Yet when you closely examine resilient communities, places that seem to have a collective growth mindset, places that people like to call “home,” what you will find is more of a barn-raising culture. Strong communities are less us-them and more “we the people.” Such communities are not without their problems; it’s just that they approach their problems from a barn-raising perspective, one that is transformational as opposed to transactional. Local government is not only an integral institution of the community, it embodies, expresses, and elevates community.
Could it be that a primary factor separating resilient, vibrant communities from those that are in decline is the civic culture, and by extension, the way that culture views local government and the way local governments view themselves? I think so. Certainly there are other macro-factors involved. Of course the reality is less binary, as there may be aspects of both perspectives active in any given place. But I do think the metaphors employed by Benest, contrasting these two perspectives, offer a helpful way to think about the role of local government in community building and civic engagement. I think it provides a great question for residents and local government leaders alike to ask themselves. Which image best describes our local government? A vending machine? Or a barn raising?
This post can also be found on the Community and Economic Development in North Carolina and Beyond blog.
Rick – I like many parts of how you think the barn raising model may be the best fit for local government leaders envisioning their role in community development.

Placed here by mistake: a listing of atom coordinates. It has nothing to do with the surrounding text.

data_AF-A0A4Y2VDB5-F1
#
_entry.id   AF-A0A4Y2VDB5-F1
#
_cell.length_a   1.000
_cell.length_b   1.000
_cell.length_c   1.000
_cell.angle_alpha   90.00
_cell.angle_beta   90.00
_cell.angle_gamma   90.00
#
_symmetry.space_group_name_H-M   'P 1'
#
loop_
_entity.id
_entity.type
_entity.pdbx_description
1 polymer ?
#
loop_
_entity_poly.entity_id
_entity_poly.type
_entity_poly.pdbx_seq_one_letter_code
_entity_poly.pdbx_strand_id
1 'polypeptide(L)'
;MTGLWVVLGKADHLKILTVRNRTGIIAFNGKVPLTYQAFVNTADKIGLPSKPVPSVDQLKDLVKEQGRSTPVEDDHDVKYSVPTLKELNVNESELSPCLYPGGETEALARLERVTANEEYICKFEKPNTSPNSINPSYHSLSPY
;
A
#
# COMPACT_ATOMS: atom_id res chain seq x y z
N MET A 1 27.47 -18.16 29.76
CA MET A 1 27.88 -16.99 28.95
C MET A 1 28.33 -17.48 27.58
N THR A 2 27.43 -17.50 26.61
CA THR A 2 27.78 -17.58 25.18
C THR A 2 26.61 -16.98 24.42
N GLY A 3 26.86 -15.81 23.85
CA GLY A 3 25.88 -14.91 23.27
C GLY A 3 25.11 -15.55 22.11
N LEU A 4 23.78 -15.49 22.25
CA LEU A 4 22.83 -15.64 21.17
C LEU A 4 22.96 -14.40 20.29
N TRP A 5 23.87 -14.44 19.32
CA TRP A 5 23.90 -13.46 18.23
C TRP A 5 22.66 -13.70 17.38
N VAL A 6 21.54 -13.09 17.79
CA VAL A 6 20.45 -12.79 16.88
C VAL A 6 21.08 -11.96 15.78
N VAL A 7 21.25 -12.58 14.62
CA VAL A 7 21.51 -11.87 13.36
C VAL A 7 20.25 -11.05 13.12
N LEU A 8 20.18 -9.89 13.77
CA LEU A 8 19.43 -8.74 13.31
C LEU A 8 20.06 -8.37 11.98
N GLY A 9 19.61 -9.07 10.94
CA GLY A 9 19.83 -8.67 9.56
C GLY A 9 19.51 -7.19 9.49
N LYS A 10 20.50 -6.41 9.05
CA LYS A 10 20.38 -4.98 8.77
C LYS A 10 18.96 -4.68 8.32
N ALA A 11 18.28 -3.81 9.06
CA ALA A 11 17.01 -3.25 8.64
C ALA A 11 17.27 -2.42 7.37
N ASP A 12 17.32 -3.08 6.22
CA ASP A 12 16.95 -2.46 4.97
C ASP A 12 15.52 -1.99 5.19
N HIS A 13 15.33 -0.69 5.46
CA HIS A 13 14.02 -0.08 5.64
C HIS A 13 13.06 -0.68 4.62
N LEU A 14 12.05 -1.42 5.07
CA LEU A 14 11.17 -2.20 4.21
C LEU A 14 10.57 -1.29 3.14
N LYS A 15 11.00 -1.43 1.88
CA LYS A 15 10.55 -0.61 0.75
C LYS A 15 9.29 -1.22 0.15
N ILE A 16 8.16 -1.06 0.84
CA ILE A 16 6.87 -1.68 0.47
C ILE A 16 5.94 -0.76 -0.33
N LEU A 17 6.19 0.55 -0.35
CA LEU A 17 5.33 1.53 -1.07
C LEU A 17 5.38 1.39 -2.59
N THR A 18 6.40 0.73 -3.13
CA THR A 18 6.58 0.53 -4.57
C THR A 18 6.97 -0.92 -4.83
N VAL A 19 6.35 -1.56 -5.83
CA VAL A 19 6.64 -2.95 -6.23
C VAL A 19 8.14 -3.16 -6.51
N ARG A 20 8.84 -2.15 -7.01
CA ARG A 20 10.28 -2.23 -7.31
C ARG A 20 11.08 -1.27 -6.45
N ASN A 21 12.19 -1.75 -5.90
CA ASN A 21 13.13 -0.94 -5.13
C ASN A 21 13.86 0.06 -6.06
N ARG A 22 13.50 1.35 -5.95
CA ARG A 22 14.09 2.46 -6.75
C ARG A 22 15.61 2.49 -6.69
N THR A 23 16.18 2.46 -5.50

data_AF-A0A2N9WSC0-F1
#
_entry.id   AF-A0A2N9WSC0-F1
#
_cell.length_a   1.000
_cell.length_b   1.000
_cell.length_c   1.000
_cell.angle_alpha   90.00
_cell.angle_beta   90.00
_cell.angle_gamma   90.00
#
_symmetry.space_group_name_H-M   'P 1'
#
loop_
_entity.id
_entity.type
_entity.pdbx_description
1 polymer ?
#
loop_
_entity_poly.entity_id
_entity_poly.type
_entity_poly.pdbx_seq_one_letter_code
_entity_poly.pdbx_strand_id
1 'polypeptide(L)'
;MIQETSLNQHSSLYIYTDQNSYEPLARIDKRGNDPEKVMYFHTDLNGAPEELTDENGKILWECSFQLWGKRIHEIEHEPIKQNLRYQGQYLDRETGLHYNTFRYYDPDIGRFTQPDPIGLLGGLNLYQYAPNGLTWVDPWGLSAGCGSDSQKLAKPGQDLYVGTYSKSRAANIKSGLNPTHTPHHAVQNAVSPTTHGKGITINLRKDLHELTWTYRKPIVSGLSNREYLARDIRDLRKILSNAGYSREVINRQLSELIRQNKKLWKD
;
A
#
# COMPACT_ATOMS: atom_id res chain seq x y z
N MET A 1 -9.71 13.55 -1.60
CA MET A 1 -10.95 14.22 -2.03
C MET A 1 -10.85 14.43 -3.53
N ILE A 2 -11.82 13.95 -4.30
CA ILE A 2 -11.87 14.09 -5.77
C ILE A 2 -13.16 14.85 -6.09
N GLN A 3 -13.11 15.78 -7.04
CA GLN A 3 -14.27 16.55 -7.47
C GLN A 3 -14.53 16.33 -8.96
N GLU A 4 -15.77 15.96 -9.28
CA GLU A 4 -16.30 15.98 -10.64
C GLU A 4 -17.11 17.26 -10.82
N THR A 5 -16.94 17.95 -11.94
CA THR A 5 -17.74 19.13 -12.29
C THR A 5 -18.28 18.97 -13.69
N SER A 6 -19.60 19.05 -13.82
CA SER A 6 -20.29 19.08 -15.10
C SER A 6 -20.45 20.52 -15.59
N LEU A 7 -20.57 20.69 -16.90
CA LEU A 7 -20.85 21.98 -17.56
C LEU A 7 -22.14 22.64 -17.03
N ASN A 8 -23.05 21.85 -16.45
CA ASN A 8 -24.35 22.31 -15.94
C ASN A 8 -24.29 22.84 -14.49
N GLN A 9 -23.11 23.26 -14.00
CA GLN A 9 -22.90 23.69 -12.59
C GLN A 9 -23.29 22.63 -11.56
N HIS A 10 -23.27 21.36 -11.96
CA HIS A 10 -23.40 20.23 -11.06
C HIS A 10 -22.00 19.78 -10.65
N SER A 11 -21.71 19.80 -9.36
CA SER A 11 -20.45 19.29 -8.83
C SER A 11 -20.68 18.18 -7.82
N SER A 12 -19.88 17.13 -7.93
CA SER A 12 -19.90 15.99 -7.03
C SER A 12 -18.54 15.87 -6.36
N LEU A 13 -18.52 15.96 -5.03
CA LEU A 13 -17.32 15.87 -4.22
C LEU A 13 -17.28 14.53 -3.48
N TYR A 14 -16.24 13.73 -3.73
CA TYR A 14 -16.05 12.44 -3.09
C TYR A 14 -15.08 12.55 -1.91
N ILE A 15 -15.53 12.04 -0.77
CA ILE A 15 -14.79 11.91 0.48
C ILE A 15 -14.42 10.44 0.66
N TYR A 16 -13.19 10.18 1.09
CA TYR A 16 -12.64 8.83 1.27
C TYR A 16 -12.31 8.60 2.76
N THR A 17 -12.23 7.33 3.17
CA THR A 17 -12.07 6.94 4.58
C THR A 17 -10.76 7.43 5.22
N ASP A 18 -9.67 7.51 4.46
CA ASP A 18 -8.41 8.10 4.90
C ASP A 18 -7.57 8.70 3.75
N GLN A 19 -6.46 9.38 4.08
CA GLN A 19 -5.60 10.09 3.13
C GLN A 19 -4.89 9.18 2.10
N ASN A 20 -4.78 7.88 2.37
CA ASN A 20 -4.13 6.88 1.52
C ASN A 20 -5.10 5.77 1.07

A couple of challenges for your thinking:
a) Who gets served? Per barn raising as something that works in a stable, tightly-knit community (you cited Amish practices) seems quite different from the splits in many communities, and different perceptions of need and fairness in community development. Other blog authors have cited neglect of neighborhoods and challenges of revitalization without supporting private sector and public sector actions which result in gentrification and further disadvantage for low-income residents.
For example, contributor Stephen Hopkins wrote: The problem I see now is that with all of these good things happening in Durham, not many poor blacks are benefiting, in fact we are being forced out of our neighborhoods, and young blacks men and women aren’t getting the good paying jobs and the black owned businesses are dying out. https://cele.sog.unc.edu/when-progress-is-at-odds/
So, how do you address this apparent weakness of the barn-raising model?
b) Opportunity to participate: many standard forms of participation – e.g. public hearings, government-created advisory boards – tend to draw unequally from different neighborhoods or groups and sets of interest in the community. Whereas the barn raising metaphor is focused on a short-term effort, with a strong sense of mutuality (and reciprocity – I work on your barn now, I can expect your help later), I do not see how this applies to the rules on funding of community development projects and mainly impersonal forms of accountability which guide local government’s role in grants; tax abatements; help on streets, water and sewer service, etc.